Archive for January, 2010

Quit whining.

Ok, so we had the State of the Union Message where Obama showed a reasonable understanding of the mess we’re in, accepted a minor role in creating it, and offered a laundry list of solutions…while Michelle displayed a curious outfit that Sweetie and Jeri liberally commented on.

Two days later he exposed himself to the House Republicans and showed that he knew more about them than they knew about themselves.  Nah-na-na-na-na-nah.  No wonder they were a bit miffed and somewhat dismissive following the meeting.  Nevertheless, everyone had a good time and promised to do it again during the next Great Depression.

MSNBC, through the never-let-em-get-in-a-word-edgewise Chris Matthews and the crazed Keith Olberman, lavished great praise on the President while making funny faces at the Republicans.  Fox News proclaimed a great victory for the Republicans citing as evidence their superior ability to rise up and sit down as one, much like the Radio City Music Hall Rockettes.  Some even had better legs.

During all this I found myself alternately thinking “The worst is behind us” immediately followed by “This too shall pass and they will be at each other’s throats again.”  Or “Maybe they can actually play nice and pass some meaningful legislation” followed by “Not a chance, another election is only nine months away.”

My local rag, er…newspaper, the Ventura Star, dutifully published letters to the editor that blasted Obama for not sleeping in a cardboard Samsung TV packing box on a river bank in order to understand the problems of the common folk.  Or praised him for actually being able to speak in complete sentences, in contrast to the fellow who left town with an upaid Oval Office bill of $1.3 trillion.

It’s amazing what a guy can be blamed for in 370 days in office.  Then again, who else should we blame?  Those faceless folks who sit in Congress?  Quick, who represents your district in the House?  No, Tip O’Neill died in 1994.

Great shouts of indignation arose on the street.  “Throw the bums out. Replace every one of those bastards who sit in Congress, who go on vacation with lobbyists, and who enjoy free health care benefits.  Then send us new bastards.”  Or “Term limits, that’ll fix ’em.”  Better yet  “A constitutional amendment requiring a balanced budget…without tax increases.”

Left unsaid were things like “My greed played a part in all this.  I should have never taken that million dollar mortgage on my $5,000 a month salary.”  And “My credit card debt is greater than the gross national product.  Why did those banks let me borrow so much?”  Or “I only sent money to the good PACs, not the other ones.”  Plus “I signed every petition that strange guy at the market put in front of me.  Especially those that hamstrung my elected representatives.”  And proudly, “I voted against every tax bill that would have kept class sizes from spilling out into the streets or let kids go to college without making them indentured servants.”  There “I did my part, what about those guys?”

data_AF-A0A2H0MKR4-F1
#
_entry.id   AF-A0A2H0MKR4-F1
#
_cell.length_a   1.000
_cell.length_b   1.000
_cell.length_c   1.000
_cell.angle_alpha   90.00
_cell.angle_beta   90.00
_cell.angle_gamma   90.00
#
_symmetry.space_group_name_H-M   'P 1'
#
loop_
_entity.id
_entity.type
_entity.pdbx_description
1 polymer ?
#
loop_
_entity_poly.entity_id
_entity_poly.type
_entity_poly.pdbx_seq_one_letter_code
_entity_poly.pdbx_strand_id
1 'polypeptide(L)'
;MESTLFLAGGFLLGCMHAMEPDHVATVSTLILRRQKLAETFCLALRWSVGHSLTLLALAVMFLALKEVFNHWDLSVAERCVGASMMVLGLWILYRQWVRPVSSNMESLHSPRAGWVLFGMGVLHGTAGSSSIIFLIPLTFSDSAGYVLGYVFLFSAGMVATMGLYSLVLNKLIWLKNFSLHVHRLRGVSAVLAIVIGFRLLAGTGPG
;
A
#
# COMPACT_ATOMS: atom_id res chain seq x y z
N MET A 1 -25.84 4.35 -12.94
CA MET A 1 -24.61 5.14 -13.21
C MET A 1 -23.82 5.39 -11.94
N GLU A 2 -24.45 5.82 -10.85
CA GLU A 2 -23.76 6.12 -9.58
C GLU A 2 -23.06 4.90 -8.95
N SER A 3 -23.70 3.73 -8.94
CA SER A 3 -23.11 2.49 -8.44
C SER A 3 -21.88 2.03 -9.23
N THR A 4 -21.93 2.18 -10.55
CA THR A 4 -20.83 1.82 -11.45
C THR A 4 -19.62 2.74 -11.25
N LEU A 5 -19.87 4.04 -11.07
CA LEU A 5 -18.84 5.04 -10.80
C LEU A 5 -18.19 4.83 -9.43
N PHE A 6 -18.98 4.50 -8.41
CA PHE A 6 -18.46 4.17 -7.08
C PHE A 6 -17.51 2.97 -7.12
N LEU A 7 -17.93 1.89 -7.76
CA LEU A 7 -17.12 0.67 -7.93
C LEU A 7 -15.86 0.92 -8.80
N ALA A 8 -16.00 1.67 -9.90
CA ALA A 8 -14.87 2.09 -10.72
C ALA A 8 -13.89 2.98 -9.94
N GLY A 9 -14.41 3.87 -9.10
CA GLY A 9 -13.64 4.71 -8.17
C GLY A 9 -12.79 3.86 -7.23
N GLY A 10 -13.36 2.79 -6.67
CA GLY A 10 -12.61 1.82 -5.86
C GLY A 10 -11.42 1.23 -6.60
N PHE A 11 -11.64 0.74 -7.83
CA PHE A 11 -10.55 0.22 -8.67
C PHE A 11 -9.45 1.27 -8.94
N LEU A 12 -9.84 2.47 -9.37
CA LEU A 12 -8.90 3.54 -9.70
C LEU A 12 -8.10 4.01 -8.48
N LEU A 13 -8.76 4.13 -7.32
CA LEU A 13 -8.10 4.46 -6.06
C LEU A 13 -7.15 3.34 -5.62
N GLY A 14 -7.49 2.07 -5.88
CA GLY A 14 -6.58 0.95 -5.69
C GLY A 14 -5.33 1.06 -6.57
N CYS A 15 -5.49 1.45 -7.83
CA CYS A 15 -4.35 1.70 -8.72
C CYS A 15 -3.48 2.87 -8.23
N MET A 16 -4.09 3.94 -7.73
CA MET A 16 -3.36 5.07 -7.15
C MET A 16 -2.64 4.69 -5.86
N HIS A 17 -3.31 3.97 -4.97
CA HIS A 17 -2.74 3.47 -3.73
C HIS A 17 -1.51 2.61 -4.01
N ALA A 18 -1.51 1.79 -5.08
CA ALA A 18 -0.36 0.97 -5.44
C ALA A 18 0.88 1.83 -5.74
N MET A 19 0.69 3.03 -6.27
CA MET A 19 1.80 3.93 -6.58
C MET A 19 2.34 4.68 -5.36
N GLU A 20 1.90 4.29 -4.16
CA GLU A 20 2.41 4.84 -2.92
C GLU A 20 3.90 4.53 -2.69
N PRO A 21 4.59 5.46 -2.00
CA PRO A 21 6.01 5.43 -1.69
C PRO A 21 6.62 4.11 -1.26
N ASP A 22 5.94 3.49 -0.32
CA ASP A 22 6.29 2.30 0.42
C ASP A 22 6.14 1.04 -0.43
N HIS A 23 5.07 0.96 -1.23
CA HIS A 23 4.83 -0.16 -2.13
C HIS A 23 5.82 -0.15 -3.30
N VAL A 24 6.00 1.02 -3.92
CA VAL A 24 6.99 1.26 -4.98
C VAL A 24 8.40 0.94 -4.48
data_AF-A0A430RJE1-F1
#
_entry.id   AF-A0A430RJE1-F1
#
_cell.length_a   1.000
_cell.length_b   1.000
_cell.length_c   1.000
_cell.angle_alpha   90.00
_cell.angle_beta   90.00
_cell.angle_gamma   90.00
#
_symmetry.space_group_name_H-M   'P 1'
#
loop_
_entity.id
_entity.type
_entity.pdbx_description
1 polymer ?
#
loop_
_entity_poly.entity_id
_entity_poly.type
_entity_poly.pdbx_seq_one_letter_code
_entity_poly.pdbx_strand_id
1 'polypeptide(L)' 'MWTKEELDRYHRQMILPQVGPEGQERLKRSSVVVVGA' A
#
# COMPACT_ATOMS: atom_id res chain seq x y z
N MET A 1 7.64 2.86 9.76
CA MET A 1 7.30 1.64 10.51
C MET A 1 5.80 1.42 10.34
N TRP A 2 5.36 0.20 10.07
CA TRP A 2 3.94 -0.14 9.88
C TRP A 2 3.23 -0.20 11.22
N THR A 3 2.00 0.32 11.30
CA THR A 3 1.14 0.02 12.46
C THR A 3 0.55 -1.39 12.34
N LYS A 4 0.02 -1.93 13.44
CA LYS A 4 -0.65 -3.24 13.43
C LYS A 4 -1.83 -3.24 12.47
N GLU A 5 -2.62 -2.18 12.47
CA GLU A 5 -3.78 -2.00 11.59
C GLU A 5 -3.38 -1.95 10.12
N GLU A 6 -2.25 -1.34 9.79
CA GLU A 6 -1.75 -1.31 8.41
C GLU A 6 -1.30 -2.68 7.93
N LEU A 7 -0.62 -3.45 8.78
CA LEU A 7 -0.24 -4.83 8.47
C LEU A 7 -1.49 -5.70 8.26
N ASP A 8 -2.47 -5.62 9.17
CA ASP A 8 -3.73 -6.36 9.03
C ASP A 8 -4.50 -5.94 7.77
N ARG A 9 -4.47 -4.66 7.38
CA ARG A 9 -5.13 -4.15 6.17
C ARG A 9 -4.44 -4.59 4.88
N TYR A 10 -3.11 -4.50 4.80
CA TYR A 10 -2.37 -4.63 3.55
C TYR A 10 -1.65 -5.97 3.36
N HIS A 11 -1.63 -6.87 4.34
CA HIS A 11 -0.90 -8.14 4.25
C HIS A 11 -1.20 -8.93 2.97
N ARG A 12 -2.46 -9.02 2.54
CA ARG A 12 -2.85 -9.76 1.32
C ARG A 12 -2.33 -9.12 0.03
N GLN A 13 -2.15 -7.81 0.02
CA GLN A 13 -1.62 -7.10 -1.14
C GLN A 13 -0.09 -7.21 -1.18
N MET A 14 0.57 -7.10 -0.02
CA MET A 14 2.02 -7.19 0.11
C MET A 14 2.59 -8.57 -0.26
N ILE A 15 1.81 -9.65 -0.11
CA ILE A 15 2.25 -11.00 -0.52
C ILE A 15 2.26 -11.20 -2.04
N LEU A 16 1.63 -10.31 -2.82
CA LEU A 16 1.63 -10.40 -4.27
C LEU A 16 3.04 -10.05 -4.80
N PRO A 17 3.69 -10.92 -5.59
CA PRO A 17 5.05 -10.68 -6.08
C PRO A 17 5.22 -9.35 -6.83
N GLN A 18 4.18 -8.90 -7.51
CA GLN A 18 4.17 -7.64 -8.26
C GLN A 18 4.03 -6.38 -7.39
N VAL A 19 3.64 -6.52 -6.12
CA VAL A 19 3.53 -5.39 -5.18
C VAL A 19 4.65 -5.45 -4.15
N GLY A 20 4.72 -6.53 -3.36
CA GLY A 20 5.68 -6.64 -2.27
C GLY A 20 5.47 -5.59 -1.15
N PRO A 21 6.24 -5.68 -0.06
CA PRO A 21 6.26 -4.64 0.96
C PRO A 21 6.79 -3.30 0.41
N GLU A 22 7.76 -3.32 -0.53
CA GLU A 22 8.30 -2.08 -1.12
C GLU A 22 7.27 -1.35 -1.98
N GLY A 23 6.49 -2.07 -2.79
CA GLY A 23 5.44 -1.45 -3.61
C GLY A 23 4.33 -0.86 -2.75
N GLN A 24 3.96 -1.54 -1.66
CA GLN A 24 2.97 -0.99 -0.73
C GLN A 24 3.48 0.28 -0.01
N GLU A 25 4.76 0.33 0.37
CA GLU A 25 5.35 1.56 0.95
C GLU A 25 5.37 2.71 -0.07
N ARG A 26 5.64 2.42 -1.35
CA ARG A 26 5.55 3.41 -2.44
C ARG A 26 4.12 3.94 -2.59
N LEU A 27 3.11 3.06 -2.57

Without a 60 vote majority in the Senate predictions of eternal gridlock abound.  They might as well all go home until the November elections are over.  Then the Republicans can take charge and look like the Democrats, except be a bit whiter, have fewer women on display, and dress a whole lot better.  The House will take on the characteristics of the monkey cage at the zoo and pass meaningful legislation governing the way we speak and with whom we can have sex.  And, blessed be the Supremes, we no longer need to send campaign money to our favorite politicians.  Thanks to them, that will be handled by Exon, J.P. Morgan and Taco Bell.

There, I’ve done all the whining for you.  Now you can pull your boots on, shoulder your load and do your part.  You might as well.  No one’s going to do it for you.

Wha hoppened?

My good friend Dick posted a note to my last blog…I am writing as I learned that Brown won in Mass.  Please write about that.  What do you think happened?

We lost.  Plain and simple.  Any number of paid pundits have a closet-full of reasons.  But here’s the free, straight scoop from me.

  • Martha Coakley is a lousy campaigner and doesn’t know beans about the Red Sox.
  • Massachusetts Democrats are trained to vote for anyone named Kennedy.  When they got to the polls and didn’t see the name, they just left.